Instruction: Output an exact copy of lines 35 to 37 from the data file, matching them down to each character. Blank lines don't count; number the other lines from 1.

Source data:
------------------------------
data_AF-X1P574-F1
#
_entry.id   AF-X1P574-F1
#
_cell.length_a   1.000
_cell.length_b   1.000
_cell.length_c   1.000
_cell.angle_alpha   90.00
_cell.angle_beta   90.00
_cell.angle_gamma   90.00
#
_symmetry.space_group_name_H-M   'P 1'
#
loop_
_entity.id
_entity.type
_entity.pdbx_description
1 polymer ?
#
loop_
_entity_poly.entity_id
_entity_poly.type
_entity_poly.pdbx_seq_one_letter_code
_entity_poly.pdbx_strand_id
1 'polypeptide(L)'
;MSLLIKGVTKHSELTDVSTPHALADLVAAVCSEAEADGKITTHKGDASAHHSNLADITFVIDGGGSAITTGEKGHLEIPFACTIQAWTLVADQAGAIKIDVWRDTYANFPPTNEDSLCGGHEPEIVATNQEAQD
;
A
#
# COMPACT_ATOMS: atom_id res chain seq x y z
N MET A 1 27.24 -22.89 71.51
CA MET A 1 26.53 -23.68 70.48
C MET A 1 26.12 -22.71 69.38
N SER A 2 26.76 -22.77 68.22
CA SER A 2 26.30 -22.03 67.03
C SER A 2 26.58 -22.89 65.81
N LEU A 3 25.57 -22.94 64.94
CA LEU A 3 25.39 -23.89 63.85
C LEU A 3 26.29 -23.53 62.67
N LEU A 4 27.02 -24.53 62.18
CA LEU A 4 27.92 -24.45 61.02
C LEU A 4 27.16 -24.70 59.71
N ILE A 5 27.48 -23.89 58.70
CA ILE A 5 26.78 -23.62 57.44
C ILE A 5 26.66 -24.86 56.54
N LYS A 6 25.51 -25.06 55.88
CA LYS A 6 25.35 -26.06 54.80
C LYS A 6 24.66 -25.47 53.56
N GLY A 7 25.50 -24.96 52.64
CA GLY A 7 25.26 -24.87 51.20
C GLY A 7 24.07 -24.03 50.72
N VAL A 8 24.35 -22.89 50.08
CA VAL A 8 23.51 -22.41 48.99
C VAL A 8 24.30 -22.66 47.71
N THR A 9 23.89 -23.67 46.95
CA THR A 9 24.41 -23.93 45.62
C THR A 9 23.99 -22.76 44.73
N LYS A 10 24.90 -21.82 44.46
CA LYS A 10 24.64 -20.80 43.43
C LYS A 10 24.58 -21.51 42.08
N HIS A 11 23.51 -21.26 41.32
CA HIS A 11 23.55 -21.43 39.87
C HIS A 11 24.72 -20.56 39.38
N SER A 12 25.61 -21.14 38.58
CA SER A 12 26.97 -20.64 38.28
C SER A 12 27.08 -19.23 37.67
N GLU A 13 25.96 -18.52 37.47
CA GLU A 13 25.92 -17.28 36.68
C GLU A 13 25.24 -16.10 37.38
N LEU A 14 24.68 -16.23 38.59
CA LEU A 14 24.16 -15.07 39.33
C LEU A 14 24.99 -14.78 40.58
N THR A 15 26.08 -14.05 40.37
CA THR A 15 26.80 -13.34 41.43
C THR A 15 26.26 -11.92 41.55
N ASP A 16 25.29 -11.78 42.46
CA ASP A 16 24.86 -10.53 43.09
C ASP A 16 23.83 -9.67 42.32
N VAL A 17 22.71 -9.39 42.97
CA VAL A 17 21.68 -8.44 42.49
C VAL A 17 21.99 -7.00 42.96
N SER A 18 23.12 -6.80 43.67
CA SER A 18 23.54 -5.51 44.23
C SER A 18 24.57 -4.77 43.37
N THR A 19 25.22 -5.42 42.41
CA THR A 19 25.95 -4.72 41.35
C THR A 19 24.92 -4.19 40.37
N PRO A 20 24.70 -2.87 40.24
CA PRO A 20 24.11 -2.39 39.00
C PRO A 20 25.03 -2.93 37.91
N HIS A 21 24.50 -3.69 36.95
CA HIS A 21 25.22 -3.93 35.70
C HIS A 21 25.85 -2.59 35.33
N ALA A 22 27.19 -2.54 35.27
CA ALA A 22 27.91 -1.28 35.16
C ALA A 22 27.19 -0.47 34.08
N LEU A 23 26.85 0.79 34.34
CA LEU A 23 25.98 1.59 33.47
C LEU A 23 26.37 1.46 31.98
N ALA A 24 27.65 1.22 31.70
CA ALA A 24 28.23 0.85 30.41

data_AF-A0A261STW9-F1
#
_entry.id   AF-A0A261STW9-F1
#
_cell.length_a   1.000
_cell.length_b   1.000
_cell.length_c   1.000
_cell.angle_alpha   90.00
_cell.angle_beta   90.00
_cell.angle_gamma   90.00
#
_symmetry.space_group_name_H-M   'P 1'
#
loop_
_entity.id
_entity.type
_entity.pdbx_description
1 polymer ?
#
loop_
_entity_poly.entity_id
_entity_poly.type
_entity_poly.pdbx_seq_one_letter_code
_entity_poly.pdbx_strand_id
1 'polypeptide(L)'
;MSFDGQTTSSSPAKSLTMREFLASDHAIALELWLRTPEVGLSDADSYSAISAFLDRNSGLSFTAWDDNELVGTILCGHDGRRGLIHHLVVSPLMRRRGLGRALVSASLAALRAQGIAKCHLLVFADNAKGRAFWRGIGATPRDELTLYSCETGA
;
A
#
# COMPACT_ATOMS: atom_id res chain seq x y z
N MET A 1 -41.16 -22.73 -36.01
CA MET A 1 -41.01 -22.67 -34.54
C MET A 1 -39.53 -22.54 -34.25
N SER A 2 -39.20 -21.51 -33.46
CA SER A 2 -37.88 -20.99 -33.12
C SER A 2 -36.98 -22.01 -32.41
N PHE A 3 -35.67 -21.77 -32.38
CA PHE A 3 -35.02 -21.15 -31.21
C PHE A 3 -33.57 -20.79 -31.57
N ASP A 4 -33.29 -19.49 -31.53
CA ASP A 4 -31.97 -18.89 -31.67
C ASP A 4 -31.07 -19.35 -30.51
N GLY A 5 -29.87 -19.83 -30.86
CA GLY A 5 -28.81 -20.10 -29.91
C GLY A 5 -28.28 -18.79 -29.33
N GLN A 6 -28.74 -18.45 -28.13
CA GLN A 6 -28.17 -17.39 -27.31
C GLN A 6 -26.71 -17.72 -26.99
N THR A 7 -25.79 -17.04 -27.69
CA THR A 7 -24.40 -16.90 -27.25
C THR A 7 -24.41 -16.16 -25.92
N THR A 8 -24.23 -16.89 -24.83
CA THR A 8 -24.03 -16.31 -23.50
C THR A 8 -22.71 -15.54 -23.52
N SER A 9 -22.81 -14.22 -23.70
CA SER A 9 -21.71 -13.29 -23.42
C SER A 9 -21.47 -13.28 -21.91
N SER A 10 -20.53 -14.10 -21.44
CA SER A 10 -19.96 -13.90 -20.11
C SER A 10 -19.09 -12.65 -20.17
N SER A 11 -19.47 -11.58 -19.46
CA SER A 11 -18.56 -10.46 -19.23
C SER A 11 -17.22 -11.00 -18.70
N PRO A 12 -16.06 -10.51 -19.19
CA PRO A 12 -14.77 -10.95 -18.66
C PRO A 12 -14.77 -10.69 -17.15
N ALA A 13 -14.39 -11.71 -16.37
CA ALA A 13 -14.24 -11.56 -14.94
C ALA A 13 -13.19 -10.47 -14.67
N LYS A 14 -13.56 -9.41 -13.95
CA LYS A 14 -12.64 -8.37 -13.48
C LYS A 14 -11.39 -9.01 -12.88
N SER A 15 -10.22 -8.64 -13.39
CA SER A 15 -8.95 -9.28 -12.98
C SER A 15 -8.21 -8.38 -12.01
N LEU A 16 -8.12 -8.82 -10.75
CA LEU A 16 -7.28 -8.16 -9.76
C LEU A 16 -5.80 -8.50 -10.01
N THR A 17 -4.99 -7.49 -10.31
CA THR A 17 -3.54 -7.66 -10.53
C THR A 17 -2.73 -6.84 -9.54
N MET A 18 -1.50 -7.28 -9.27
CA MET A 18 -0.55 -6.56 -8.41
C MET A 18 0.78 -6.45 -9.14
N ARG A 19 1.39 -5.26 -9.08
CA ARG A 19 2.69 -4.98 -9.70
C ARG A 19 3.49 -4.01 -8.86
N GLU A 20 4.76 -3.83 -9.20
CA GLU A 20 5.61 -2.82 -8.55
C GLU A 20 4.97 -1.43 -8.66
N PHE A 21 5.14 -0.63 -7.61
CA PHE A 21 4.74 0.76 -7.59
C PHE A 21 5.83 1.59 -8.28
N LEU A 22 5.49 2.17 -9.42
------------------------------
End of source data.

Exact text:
CA SER A 2 26.30 -22.03 67.03
C SER A 2 26.58 -22.89 65.81
N LEU A 3 25.57 -22.94 64.94